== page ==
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February 12, 2013

Sashy Beauty
Filed under: Carpentry — Tags: — nedpelger

Lex sent me a website called Cabin Porn that showcases photos of rustic cabins. I love spending time in the woods (just got back from a dark turning to dawn walk in the woods a few minutes ago) and find these photos comforting somehow.

One of my favorites was a couple in West Virginia that salvaged window sash and scrap lumber for years. Doesn’t their cabin have a certain beauty to it?

I hope you get to build or design something today that causes you to stop and appreciate its beauty. Perhaps even the beauty of its efficiency. Take a moment to appreciate our opportunity to create in this great construction industry.


May 1, 2012

ShopBot: A Tool Looking for Opportunities
Filed under: Carpentry — Tags: — nedpelger

For $5,000 US, you can purchase a small CNC machine. This small Computer Numerically Controlled milling machine can do amazing work. The ShopBot cuts aluminum, plywood, plastic and lots of other materials. Google SketchUp can direct the cutter to make almost anything you can dream.

Here’s an excerpt from the Boing Boing article:

I work at Stanford’s design school — called the We designed and made much of the furniture we used in our new building space in Google’s Sketchup and machined the material using a 4′ x 8′ ShopBot owned and operated by Rob Bell. The process was very fast, and relatively cheap. ShopBot + Sketchup allowed us to do many cycles of design/build/test, which ultimately yielded some very refined artifacts.

This tool will create some great opportunities for some creative construction folks. If you think about the projects you do, then how a tool like this could change things. Then think about a way you could get paid to be the person that makes those changes happen. For someone, this will be a wonderful opportunity.

Do you have any ideas how this could be used in construction?


February 8, 2011

More Cool Stairs
Filed under: Carpentry — Tags: — nedpelger

I got my first ever email forward from The Beautiful Wife (TBW) this week with the subject, “Far be it from me to do this.” To begin to understand TBW, you need to recall Groucho’s line about not wanting to join any club that would have someone like him as a member. TBW refrains from putting herself out there, from getting into any position where she might appear ridiculous. Of course, almost everyone has a dose of this particular affliction, TBW has the full-blown disease. So when she sent me an email with a bunch of funky photos of stairs, I thought I’d better post about it. Not that she reads these posts, but still…

The curvy stair pictured below gives a kind of walking on a boat feel.

Looking across the stairs gives an even odder sensation.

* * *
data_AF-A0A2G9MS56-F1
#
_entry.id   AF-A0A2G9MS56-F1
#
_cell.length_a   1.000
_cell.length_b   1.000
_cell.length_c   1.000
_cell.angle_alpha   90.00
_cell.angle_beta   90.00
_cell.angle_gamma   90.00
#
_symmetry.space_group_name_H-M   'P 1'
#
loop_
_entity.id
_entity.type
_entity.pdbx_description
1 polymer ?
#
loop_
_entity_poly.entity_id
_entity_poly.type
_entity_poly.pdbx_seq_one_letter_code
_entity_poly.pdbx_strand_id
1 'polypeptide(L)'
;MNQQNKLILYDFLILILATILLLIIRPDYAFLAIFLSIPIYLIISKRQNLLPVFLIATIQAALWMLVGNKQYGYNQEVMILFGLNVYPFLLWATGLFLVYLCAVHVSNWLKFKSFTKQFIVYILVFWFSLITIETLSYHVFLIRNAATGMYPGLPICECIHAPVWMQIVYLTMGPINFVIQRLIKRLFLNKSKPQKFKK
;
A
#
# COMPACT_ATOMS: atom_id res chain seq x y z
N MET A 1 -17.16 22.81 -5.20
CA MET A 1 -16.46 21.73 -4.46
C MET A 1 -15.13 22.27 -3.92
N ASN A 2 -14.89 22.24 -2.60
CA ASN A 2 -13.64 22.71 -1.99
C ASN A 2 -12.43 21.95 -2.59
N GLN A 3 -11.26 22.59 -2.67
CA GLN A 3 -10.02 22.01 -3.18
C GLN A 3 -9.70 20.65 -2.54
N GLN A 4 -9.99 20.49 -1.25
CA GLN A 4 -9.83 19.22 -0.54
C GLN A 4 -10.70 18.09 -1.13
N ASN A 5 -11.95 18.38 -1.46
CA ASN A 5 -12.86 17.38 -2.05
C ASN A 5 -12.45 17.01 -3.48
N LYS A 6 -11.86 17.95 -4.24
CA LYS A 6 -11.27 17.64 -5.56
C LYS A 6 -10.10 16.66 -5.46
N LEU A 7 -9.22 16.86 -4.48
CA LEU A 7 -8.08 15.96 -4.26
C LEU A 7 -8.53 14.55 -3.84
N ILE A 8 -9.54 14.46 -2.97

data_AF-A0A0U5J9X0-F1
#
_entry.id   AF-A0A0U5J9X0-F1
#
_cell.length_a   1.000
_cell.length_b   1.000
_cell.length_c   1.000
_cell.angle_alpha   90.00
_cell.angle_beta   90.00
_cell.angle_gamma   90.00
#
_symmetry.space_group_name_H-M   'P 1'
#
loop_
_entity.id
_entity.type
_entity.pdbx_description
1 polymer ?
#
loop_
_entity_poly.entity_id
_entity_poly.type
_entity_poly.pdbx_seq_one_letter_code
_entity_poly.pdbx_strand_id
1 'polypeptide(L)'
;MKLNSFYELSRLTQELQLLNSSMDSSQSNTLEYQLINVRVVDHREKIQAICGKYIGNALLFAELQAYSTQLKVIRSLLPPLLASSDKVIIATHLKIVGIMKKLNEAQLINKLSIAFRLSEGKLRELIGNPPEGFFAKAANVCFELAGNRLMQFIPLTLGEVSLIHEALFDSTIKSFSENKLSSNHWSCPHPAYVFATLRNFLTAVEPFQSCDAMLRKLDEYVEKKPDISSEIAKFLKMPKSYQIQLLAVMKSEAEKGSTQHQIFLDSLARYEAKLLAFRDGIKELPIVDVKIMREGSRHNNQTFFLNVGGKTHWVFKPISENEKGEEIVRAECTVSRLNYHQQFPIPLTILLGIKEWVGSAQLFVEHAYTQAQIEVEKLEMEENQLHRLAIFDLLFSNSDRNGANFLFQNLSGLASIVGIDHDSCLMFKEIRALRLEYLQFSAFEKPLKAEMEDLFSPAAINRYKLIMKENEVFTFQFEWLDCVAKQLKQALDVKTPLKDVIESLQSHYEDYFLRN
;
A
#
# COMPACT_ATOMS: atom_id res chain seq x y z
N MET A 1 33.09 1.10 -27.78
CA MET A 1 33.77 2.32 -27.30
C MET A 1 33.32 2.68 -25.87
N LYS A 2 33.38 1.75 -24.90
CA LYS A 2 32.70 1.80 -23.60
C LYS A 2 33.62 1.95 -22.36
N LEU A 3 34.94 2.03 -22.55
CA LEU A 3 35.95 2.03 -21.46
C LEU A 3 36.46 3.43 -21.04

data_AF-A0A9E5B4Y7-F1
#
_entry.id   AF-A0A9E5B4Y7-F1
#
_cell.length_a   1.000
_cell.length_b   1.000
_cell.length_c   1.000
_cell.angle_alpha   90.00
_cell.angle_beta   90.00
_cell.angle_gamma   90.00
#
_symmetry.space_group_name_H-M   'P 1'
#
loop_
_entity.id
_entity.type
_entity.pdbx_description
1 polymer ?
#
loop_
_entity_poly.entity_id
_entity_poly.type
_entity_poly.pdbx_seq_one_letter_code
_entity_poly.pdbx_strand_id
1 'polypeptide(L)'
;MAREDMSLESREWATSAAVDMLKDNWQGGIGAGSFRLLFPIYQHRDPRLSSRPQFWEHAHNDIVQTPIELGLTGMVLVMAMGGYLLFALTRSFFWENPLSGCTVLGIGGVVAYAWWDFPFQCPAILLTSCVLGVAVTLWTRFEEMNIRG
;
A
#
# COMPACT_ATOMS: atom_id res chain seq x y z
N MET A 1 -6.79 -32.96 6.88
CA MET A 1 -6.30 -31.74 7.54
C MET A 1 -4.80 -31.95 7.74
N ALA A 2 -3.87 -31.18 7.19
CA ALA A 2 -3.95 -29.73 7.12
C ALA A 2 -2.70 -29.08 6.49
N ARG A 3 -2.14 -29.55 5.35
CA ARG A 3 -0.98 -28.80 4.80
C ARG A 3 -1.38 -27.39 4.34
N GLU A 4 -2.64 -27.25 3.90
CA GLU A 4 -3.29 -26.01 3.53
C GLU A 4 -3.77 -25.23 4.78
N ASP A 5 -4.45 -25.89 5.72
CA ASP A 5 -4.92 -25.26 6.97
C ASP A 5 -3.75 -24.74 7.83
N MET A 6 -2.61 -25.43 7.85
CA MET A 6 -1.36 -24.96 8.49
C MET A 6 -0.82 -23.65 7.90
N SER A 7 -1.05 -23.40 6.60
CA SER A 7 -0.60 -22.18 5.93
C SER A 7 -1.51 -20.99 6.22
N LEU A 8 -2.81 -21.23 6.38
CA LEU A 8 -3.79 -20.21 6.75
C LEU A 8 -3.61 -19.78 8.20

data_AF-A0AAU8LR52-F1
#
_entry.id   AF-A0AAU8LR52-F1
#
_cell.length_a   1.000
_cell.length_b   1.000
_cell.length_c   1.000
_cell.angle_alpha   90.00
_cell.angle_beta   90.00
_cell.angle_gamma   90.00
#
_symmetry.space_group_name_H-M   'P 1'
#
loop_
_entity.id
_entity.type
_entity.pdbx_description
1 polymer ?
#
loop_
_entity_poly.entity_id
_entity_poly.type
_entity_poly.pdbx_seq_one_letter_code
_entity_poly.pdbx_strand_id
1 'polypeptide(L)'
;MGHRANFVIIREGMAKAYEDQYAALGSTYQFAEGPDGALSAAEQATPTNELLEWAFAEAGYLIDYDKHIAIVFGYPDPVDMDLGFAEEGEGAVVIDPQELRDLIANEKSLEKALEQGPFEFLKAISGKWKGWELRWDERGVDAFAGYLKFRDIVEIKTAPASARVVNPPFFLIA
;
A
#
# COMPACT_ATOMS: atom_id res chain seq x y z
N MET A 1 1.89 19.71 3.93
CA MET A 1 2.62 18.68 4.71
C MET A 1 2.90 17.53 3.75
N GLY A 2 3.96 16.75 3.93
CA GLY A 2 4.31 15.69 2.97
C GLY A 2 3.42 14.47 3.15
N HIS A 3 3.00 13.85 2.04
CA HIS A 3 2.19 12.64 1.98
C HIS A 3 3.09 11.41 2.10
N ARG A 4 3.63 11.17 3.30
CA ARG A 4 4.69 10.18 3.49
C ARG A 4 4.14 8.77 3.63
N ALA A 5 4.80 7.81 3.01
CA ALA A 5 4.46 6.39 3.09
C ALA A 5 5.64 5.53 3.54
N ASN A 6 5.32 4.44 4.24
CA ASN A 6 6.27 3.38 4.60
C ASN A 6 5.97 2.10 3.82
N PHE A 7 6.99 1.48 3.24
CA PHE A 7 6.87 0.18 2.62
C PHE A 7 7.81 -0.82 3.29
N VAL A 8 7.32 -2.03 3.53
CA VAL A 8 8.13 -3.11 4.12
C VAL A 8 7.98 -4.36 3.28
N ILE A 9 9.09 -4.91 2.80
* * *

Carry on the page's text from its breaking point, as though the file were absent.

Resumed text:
The stairs below have a fun angular quality that combines with the wood grain to be beautiful. Wouldn’t it be fun to trot up these stairs to bed each night? Especially for kids.

Below are some stairs that probably shouldn’t be in a Dementia wing…probably shouldn’t be anywhere in a retirement community. In fact, maybe they just shouldn’t be anywhere.

And finally, I’m always a sucker for cantilevers. Defying gravity rocks.


January 28, 2011

The Adventures of a Carpenter Gone Primitive…or “Who is that Masked Crusader?”
Filed under: Carpentry — Tags: — nedpelger

I’ve written previously about Randy, the amazing former carpenter who sold all his tools and decided to go primitive. He lives on our 5 acres, trains the alpacas, cooks the best meals known to this man, cultivates the field, builds whatever pops into his head and generally just does what makes sense around here…at least what makes sense to him.

Recently he got a call from an alpaca breeder. She wants to sell her stud male, but he’d become so aggressive with her that he’d attack her whenever she got near him. She couldn’t sell him acting that wild. Randy’s animal handling skills are uncanny and he agreed to give it a try. After the first day, he came home spit on, bit on and butted. This was one big, mean alpaca. He had a bad case of Berserk Male Syndrome (BMS) which comes from alpacas losing their respect for humans. BMS can become severe and lead to putting the animal down.

So Randy is in Day 2 of the battle, though he created a shield to block the smelly spit and intimidate the alpaca. As you can see below, the shield has BMS with a line through it and the mottoes, “Death Before Dishonor” and “Don’t Spit on Me.”

Of course, the shield had to be made to effectively do battle with the beast.

Do you think Randy has too much time on his hands? I’ll give you an update later on how the alpaca training went…because so far it’s BMS Alpaca 1, Randy 0.